Posts Tagged ‘mandya’

He was a young promising techie, all 24-year-old, coming from the land known for sugarcane growers, Mandya. He had passed his Mechanical engineering in distinction. It was not difficult for him to land in a good position in any company, but all he wanted was a job in Tata Consultancy Services. Reason was simple: the girl with whom he was in love was working in TCS. A girl who was also from the same place was selected to the company through campus interview.

Why am I telling all this? There’s a reason and you all should know it. Let me just go to the flashback before coming to the main point. Deepak Marigowda was very intelligent and passed in distinction throughout his studies. It was his percentage in Class 12 which made his parents to enroll him for Mechanical Engineering. He was a promising student, but away from home, life in the hostel and you can imagine the rest…

In his second year of his course, he met Pallavi from Nagamangala, also from his own district. She was an IT student there. It didn’t take much time for their friendship to end in love. Everything looks fine when there are no responsibilities and life looks colourful during college days. Their love went stronger and stronger by each passing year and she was selected for TCS in the campus interview. He was very smart in his studies and his friends knew how he even helped his girl in her studies too.

After their studies, the girl joined TCS and he too soon followed her, because she meant everything to him and he didn’t want to lose her at any cost. After a month’s training in Bangalore both were posted to the Chennai branch. Their love continued without any hindrance until the girl’s parents came up with wedding proposals. Everything was normal and sweet till then and suddenly, the girl changed her mind. She was ready to give up her love and guy for the sake of her parents. Coming from a Brahmin family, she feared that her parents might face problems in the future if she gets married to a guy who was a Gowda. She even started avoiding him telling that if she marries a Gowda guy, it would be a problem for her younger sister to get married in future.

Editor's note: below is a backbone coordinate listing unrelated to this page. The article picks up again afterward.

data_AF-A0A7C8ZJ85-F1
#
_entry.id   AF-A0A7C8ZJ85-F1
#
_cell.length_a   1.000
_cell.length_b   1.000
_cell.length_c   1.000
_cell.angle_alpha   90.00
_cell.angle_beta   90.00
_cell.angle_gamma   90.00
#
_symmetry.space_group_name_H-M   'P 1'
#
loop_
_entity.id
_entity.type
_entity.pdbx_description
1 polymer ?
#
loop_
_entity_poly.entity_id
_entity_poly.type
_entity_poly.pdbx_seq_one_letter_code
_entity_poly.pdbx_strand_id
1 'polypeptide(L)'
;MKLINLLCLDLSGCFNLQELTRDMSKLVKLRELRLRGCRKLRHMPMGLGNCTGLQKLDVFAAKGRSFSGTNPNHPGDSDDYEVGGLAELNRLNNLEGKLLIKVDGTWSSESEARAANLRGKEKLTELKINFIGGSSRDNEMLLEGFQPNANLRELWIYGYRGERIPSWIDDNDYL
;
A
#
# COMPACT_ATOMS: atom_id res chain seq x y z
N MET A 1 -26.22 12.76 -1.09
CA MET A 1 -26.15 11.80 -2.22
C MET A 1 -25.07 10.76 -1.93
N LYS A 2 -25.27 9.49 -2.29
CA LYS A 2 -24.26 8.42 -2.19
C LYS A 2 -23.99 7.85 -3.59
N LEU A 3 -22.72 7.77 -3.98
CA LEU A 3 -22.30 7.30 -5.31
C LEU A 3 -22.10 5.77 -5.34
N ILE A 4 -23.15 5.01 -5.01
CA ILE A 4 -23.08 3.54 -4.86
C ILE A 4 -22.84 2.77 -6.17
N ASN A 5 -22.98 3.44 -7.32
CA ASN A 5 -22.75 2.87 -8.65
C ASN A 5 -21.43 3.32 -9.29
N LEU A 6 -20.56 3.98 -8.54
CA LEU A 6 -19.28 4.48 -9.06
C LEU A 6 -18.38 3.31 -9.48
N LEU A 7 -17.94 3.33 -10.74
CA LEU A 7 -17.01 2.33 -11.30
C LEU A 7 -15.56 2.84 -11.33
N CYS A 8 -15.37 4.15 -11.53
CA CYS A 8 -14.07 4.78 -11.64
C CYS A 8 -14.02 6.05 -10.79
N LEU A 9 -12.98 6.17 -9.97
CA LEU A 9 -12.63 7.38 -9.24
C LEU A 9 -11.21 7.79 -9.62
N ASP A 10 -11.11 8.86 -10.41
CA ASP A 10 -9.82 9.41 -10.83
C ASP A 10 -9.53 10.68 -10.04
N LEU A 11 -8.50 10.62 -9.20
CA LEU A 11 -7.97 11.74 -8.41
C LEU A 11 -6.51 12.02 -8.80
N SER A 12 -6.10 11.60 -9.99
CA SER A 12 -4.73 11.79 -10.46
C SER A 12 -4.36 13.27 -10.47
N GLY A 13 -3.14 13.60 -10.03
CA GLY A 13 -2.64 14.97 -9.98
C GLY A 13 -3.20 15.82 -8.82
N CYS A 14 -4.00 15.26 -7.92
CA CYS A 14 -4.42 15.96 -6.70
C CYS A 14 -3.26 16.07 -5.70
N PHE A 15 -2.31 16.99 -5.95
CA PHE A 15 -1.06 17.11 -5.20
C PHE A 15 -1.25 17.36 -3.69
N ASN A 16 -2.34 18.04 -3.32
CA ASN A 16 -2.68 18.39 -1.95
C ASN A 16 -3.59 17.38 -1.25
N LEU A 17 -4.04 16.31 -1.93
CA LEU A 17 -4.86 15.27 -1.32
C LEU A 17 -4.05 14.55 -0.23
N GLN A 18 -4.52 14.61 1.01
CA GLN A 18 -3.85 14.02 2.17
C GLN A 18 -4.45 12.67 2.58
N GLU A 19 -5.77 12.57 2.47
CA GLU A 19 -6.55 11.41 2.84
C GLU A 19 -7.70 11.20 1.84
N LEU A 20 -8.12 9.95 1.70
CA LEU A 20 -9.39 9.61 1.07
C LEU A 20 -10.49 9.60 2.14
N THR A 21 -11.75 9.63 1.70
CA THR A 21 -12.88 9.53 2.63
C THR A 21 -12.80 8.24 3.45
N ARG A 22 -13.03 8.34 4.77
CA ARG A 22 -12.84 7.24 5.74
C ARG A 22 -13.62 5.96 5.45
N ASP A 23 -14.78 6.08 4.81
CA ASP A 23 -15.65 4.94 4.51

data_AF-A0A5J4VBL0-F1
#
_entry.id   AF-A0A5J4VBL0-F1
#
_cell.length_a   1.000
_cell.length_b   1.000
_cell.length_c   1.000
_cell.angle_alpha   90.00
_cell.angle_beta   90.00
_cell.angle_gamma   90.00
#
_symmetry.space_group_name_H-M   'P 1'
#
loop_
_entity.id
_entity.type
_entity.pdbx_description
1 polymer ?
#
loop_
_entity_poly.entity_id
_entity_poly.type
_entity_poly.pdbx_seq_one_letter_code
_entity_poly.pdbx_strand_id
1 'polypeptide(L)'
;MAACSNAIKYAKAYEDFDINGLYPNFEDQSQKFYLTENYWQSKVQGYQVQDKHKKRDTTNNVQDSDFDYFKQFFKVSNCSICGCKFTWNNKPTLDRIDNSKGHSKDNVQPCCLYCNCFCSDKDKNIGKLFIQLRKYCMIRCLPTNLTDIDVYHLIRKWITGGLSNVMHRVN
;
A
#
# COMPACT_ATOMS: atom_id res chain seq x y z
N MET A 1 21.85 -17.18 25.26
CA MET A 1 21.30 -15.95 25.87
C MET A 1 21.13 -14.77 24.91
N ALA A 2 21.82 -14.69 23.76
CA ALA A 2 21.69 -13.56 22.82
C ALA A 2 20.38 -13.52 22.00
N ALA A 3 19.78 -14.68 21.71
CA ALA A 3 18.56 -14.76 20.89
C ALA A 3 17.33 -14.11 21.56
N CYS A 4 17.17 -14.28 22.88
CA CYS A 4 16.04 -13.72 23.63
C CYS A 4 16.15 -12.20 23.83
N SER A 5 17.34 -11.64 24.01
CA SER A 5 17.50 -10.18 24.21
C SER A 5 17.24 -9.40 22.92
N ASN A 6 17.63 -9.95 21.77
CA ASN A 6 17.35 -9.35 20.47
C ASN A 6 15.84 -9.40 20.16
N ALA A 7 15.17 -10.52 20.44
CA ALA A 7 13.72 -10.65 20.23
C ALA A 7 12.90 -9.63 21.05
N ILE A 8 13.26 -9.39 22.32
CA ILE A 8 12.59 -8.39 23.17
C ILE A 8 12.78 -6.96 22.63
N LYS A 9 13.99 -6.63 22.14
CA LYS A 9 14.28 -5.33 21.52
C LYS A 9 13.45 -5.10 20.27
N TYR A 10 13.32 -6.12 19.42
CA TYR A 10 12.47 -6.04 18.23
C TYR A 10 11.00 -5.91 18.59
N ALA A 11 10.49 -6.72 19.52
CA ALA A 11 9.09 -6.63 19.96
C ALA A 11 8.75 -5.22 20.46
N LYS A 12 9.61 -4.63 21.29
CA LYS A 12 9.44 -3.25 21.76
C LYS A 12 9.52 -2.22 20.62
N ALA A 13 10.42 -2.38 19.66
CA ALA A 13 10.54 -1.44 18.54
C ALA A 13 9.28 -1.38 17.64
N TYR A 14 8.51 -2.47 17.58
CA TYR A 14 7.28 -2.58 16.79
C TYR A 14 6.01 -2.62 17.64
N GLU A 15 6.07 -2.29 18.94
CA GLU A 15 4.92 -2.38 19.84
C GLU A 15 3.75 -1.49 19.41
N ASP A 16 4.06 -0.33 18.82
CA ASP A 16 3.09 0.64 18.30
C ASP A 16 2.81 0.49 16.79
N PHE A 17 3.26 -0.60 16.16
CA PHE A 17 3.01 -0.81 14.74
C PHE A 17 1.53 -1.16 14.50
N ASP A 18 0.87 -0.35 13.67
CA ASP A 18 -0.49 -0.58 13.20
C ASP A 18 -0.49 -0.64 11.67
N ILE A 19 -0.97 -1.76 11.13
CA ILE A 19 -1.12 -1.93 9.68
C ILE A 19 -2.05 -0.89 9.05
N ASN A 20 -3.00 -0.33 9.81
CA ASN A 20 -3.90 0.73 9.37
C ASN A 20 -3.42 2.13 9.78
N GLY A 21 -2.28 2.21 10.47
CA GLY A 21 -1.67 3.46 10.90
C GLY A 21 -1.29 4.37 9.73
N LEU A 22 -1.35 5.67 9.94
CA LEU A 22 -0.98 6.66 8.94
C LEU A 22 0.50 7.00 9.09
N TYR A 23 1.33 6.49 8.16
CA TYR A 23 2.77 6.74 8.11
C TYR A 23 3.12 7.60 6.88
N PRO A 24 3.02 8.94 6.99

Things began to worsen very soon. The love of five plus years started taking a backseat and honour of her family became an issue. The guy told about his affair to his family members. Though they initially resisted his wish, they agreed to visit the girl’s parents to seek her hand for their son. Father of the girl insulted the parents of the guy and didn’t allow them to enter the house as they belonged to a different caste. The girl kept silent and the guy’s family was humiliated.